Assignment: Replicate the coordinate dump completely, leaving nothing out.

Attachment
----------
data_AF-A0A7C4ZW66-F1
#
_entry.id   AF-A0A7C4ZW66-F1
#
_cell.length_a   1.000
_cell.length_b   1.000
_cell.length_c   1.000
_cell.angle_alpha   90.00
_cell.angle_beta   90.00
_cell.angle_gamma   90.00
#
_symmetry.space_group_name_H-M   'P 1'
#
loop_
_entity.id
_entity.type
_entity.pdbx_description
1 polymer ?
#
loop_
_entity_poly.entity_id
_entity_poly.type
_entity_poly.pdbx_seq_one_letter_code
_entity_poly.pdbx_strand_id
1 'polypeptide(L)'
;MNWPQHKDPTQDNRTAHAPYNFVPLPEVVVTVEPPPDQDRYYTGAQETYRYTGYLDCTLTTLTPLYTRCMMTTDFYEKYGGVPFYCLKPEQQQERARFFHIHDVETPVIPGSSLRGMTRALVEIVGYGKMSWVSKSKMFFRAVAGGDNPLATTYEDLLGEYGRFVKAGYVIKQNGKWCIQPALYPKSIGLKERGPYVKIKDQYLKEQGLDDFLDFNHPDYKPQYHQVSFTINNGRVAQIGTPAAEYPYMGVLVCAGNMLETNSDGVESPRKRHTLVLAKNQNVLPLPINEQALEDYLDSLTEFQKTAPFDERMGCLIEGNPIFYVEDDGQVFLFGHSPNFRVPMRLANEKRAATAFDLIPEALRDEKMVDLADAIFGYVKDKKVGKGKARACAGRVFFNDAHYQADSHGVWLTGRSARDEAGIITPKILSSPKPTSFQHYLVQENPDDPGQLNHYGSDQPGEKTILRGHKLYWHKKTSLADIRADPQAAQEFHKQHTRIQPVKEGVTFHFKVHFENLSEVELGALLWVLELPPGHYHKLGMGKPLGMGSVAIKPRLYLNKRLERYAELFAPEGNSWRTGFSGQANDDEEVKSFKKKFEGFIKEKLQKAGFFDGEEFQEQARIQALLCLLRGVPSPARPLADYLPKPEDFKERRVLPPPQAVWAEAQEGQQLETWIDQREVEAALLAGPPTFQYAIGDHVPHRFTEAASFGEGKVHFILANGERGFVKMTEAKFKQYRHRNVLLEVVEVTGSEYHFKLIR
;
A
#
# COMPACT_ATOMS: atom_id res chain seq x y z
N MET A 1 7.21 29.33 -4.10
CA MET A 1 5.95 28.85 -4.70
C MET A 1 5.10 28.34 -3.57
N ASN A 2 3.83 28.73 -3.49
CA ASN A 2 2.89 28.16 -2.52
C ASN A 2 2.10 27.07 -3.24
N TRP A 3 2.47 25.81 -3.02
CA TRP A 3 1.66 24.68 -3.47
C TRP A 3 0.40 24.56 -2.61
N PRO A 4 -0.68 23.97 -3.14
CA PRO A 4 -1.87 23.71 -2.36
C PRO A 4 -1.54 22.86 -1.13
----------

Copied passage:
data_AF-A0A7C4ZW66-F1
#
_entry.id   AF-A0A7C4ZW66-F1
#
_cell.length_a   1.000
_cell.length_b   1.000
_cell.length_c   1.000
_cell.angle_alpha   90.00
_cell.angle_beta   90.00
_cell.angle_gamma   90.00
#
_symmetry.space_group_name_H-M   'P 1'
#
loop_
_entity.id
_entity.type
_entity.pdbx_description
1 polymer ?
#
loop_
_entity_poly.entity_id
_entity_poly.type
_entity_poly.pdbx_seq_one_letter_code
_entity_poly.pdbx_strand_id
1 'polypeptide(L)'
;MNWPQHKDPTQDNRTAHAPYNFVPLPEVVVTVEPPPDQDRYYTGAQETYRYTGYLDCTLTTLTPLYTRCMMTTDFYEKYGGVPFYCLKPEQQQERARFFHIHDVETPVIPGSSLRGMTRALVEIVGYGKMSWVSKSKMFFRAVAGGDNPLATTYEDLLGEYGRFVKAGYVIKQNGKWCIQPALYPKSIGLKERGPYVKIKDQYLKEQGLDDFLDFNHPDYKPQYHQVSFTINNGRVAQIGTPAAEYPYMGVLVCAGNMLETNSDGVESPRKRHTLVLAKNQNVLPLPINEQALEDYLDSLTEFQKTAPFDERMGCLIEGNPIFYVEDDGQVFLFGHSPNFRVPMRLANEKRAATAFDLIPEALRDEKMVDLADAIFGYVKDKKVGKGKARACAGRVFFNDAHYQADSHGVWLTGRSARDEAGIITPKILSSPKPTSFQHYLVQENPDDPGQLNHYGSDQPGEKTILRGHKLYWHKKTSLADIRADPQAAQEFHKQHTRIQPVKEGVTFHFKVHFENLSEVELGALLWVLELPPGHYHKLGMGKPLGMGSVAIKPRLYLNKRLERYAELFAPEGNSWRTGFSGQANDDEEVKSFKKKFEGFIKEKLQKAGFFDGEEFQEQARIQALLCLLRGVPSPARPLADYLPKPEDFKERRVLPPPQAVWAEAQEGQQLETWIDQREVEAALLAGPPTFQYAIGDHVPHRFTEAASFGEGKVHFILANGERGFVKMTEAKFKQYRHRNVLLEVVEVTGSEYHFKLIR
;
A
#
# COMPACT_ATOMS: atom_id res chain seq x y z
N MET A 1 7.21 29.33 -4.10
CA MET A 1 5.95 28.85 -4.70
C MET A 1 5.10 28.34 -3.57
N ASN A 2 3.83 28.73 -3.49
CA ASN A 2 2.89 28.16 -2.52
C ASN A 2 2.10 27.07 -3.24
N TRP A 3 2.47 25.81 -3.02
CA TRP A 3 1.66 24.68 -3.47
C TRP A 3 0.40 24.56 -2.61
N PRO A 4 -0.68 23.97 -3.14
CA PRO A 4 -1.87 23.71 -2.36
C PRO A 4 -1.54 22.86 -1.13